Microsoft says VBScript will be ripped from Windows in future release
It's PowerShell or something similar in the not too distant future
Microsoft is officially splitting from VBScript after a 27-year relationship and plans to remove the scripting language entirely in a future Windows release.
"VBScript is being deprecated," Microsoft said. "In future releases of Windows, VBScript will be available as a feature on demand before its removal from the operating system."
Only a month ago, Microsoft announced the pending retirement of another software elder, WordPad.
VBScript debuted in 1996 and its most recent release, version 5.8, dates back to 2010. It is a scripting language, and was for a while widely used among system administrators to automate tasks until it was eclipsed by PowerShell, which debuted in 2006.
"Microsoft Visual Basic Scripting Edition brings active scripting to a wide variety of environments, including Web client scripting in Microsoft Internet Explorer and Web server scripting in Microsoft Internet Information Service," Redmond explains in its help documentation.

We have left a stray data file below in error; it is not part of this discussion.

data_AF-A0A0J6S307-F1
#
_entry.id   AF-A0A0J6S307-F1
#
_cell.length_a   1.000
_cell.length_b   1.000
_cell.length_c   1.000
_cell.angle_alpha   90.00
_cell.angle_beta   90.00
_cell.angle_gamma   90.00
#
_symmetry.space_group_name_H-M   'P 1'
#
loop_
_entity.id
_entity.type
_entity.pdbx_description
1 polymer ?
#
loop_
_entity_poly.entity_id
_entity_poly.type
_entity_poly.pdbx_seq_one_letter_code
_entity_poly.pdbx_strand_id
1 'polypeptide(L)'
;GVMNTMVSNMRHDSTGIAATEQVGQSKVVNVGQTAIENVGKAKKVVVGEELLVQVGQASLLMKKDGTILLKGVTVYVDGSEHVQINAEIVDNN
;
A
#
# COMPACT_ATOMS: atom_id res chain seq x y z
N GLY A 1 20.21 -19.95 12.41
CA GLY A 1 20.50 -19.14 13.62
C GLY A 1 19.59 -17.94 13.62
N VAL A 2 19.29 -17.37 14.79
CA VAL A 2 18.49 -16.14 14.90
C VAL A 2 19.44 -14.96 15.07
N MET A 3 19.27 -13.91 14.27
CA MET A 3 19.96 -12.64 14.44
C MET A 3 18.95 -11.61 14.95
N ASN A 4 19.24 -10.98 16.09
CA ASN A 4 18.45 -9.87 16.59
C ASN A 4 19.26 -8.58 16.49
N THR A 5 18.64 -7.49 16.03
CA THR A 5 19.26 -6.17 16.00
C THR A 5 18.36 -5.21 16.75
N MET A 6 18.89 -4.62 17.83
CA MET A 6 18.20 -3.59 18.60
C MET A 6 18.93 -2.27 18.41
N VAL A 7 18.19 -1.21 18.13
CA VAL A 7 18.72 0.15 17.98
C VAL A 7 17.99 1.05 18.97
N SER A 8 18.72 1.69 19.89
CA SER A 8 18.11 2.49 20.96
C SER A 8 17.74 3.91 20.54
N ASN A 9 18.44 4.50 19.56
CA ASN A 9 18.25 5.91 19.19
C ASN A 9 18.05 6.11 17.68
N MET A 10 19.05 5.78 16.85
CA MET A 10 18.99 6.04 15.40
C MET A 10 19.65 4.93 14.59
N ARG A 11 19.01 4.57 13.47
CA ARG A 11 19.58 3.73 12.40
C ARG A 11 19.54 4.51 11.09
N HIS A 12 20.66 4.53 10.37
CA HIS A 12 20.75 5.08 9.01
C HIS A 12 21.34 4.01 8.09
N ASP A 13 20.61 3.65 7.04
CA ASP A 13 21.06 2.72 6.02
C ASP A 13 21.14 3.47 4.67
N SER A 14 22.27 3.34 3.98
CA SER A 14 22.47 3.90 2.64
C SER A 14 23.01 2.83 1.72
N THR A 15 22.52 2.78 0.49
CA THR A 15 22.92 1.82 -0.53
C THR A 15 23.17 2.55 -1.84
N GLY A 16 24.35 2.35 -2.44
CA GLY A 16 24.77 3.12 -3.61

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It's not as if anyone didn't see this coming. At least as far back as 2016, Microsoft said VBScript was deprecated in Internet Explorer.
In 2017, Zhihua Lai, a Microsoft software engineer based in the UK, launched a website called IsVBScriptDead.com that argues all's well with the scripting language. VBScript, he says, "My favorite programming language…"
The claim that VBScript is alive and well became harder to sustain two years later when, in August 2019, Microsoft disabled VBScript in Internet Explorer, before retiring Internet Explorer in June 2022.
Nonetheless, the VBScript website, last updated December 31, 2020, insists, "VBScript may seem outdated, and the support for VBScript is discontinued, but it is still being used in many places. Windows administrators may find it easier to learn/write than Powershell scripts."
VBScript's pending demise also means the end for Microsoft Deployment Toolkit, which depends on VBScript. MDT is already on notice now that it's not supported with Windows 11.
Microsoft's planned discontinuation of VBScript may be in part motivated by security concerns, given that VBScript can be a malware vector. ®